Aching wrists and fingers

 

Do you have aching wrists and fingers? Do your wrists and fingers hurt? Does this discomfort bother you? Do you want to read more about it's causes and management? Then keep reading in this article I have explained everything related to this.

Most cases of wrist and finger ache or pain will not be a sign of a serious or long-term problem and will settle in a few days or weeks with some simple self-care one can do at home. Most common causes of aching wrists and fingers are osteoarthritis, rheumatoid arthritis, carpal tunnel syndrome, trigger finger, gout etc.

There are several conditions that can cause ache in wrists and fingers . There are 27  bones which are small that make up each hand and wrist.

Eight of them are in the wrist. For each finger we have three bones, and for thumb we have two. There are five bones in the palm , which connects each finger and the thumb with the wrist. At least more than 30 muscles are present that control the fingers and wrist which are present in  hands, wrists and forearms

 

What are the causes of Aching wrists and fingers?

When to see a doctor for Aching wrists and fingers?

How to diagnosis Aching wrists and fingers?

What is the treatment for Aching wrists and fingers?

 

 

What are the causes of Aching wrists and fingers?

There are a number of conditions which can cause  aching wrist and fingers few of them are explained below:

 

  • Carpal tunnel syndrome

Carpal tunnel syndrome happens when there’s too much pressure on the median nerve as it passes through the carpal tunnel. This can lead to tingling, numbness and pain, mainly in the hand and fingers. It may also cause similar symptoms in  wrist and forearm. Usually the symptoms become worse at night. This syndrome can go away in a few weeks or it could take months. Using a splint can help with pain or even having a steroid injection .

If symptoms don’t go away after a few days , a minor operation to relieve the pressure on median nerve can solve the problem.

 

Tendons in the hand and wrist can develop some issue .Tendons have a protective covering over them, with synovial fluid inside. This thick synovial fluid protects the tendon from any injuries and allows it to move freely in an easy way.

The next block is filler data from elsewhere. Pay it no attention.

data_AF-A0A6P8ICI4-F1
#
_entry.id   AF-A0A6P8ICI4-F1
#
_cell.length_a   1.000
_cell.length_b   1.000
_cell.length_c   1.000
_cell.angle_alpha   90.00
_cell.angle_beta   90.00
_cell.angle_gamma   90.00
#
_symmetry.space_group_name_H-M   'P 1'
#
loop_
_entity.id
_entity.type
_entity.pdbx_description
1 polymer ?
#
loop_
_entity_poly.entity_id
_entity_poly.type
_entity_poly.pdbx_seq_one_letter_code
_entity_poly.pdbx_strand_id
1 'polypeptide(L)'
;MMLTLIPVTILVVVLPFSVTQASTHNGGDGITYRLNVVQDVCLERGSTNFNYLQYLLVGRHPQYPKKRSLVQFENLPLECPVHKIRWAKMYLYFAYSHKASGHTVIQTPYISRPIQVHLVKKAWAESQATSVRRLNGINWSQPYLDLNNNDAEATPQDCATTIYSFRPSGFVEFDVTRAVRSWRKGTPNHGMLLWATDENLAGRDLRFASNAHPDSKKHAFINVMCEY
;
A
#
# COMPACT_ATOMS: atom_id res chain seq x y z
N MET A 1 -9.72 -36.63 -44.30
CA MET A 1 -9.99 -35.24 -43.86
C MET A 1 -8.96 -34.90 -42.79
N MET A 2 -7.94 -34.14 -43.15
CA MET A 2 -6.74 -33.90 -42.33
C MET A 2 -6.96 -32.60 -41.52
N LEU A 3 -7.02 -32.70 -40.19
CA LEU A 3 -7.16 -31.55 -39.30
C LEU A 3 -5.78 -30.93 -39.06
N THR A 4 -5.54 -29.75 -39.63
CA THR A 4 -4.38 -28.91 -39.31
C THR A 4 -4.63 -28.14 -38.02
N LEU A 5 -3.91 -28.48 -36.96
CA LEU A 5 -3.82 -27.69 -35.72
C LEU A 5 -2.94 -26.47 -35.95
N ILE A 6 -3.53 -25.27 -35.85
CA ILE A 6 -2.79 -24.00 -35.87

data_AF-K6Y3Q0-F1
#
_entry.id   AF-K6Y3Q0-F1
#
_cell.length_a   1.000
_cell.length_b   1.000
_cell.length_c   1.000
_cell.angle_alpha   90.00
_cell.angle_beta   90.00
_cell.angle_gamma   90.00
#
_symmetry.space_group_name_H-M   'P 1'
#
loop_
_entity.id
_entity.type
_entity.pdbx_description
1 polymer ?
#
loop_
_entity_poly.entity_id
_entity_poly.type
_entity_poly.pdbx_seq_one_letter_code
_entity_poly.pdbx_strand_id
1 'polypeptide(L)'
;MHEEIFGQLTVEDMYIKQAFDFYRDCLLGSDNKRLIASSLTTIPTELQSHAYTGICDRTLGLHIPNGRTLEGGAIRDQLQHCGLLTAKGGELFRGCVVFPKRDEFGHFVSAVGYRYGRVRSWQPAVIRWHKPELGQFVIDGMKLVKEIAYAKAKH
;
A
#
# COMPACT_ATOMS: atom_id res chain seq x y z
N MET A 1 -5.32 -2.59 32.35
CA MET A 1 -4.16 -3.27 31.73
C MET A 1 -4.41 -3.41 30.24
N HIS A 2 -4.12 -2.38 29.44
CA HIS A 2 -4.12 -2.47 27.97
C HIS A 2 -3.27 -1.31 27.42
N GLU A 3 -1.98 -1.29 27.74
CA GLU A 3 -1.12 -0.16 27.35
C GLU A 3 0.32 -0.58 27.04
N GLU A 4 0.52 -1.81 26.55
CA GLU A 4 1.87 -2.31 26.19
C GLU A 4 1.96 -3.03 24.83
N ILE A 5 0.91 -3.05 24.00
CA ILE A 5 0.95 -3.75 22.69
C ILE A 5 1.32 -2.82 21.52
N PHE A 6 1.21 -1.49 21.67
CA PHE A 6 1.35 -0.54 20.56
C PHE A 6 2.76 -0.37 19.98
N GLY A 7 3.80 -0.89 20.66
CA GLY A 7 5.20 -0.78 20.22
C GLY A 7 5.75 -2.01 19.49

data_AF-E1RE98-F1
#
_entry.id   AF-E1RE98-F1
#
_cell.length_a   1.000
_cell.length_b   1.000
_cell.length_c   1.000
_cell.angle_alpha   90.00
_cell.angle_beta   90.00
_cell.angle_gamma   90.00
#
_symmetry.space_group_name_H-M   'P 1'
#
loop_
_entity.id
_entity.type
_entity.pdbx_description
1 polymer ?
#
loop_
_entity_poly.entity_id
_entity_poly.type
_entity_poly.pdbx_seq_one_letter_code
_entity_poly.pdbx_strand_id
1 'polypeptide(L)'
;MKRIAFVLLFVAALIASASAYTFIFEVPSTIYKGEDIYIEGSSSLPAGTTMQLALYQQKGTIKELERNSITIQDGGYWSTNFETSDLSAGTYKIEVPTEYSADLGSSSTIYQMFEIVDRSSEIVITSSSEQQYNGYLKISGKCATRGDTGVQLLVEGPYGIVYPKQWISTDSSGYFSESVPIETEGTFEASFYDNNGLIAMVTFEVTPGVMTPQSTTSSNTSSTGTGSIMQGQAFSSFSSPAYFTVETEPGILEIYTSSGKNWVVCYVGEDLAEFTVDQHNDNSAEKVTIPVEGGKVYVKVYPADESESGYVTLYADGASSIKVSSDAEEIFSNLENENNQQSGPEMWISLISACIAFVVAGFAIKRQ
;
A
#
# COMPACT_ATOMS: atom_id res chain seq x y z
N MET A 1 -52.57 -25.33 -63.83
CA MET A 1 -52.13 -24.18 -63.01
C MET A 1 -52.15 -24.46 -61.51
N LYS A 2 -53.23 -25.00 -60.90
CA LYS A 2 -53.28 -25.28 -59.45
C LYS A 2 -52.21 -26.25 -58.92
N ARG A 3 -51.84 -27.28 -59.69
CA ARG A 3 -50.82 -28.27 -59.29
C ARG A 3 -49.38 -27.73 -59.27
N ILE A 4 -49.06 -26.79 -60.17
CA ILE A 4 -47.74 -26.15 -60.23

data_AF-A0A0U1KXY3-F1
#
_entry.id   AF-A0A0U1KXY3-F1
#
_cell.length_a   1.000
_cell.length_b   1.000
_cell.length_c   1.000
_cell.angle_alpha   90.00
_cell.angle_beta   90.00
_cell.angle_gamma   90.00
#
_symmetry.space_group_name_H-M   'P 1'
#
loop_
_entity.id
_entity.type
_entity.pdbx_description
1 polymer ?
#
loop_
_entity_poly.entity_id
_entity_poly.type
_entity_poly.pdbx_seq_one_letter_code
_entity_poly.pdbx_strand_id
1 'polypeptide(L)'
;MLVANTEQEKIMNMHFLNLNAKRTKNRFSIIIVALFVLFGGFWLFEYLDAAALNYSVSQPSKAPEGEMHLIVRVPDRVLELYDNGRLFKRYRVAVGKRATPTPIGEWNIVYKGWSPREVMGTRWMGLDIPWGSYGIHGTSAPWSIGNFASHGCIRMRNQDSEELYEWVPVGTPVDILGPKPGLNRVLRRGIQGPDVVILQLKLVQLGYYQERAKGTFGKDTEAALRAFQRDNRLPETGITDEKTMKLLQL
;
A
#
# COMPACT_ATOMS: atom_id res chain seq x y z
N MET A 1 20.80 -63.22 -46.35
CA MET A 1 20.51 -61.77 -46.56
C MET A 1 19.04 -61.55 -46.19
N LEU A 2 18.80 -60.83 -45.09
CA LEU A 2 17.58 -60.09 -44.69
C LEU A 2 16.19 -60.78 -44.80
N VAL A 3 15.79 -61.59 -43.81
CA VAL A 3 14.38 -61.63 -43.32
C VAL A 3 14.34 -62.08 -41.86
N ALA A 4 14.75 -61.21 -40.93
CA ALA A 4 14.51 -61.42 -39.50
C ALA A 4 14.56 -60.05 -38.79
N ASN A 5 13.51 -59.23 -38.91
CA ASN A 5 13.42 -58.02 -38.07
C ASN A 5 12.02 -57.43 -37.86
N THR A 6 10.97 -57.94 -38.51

Sometimes tendinitis can happen that is tendon or tendon sheaths become inflamed, which can lead to pain, swelling and stiffness and is called tendinopathy. It can happen due to overuse of tendons example after playing a lot of sports.

Even arthritis can lead to tendinopathy, and in some rare cases so can an infection. De Quervain’s (Dey kwer-veins) tendinopathy is a very common condition which can affect tendons in the wrist, causing pain around the wrist and sometimes at the base of the thumb. Pain mostly eases with rest and can get worse with the activity.

Applying ice wrapped in a wet or damp towel or even taking an NSAID can help. If the condition doesn't  improve and is affecting  quality of life, other things can be considered like steroid injections, splints, hand therapy or surgery might also be helpful.

 

Trigger finger is a condition in which one cannot straighten a finger properly. One might even need to use the other hand to straighten it.

Sometimes, a finger may become too painful to straighten and may stay stuck in  same position. Trigger finger mostly affects the thumb, ring and the middle finger. Even more than one finger can be affected at the same time.

The affected finger may swell, which can be very painful. Especially in the morning there can be a clicking or popping sensation  from the finger, which is thought to be caused by swelling of a tendon or tendon covering. Sometimes this swelling can lead to nodules formation. Trigger finger can even happen to healthy people for no evident reason. It’s  commonly seen in women over the age of 40.

It’s more likely to happen if one had a previous injury to the palm of the hand. Other medical conditions like diabetes, gout, rheumatoid arthritis can also increase  risk of getting it. It can get better without the treatment. For pain NSAIDs, like ibuprofen, may help. If in case it doesn’t get better on its own or isn’t treated right , it’s possible that affected thumb or finger to become permanently bent. Treatment involves steroid injections, but in some cases, a small operation can be carried out.

 

  • Gout

Gout is a condition caused by a build-up of uric acid in the body . Uric acid is a chemical produced when your body breaks down foods that contain organic compounds called purines it is where uric acid comes from.

Mostly uric acid is dissolved in the blood and removed from the body via urination. In some cases,  the body produces too much uric acid somehow which can be deposited in the joints, resulting in pain and swelling. This pain mostly occurs in the knees, ankles, wrists, fingers and feet.

 

  • Osteoarthritis

Osteoarthritis is the one of the most common type of arthritis, which can affect fingers and wrists, particularly the joints located at the ends of the fingers or at the base of the thumb.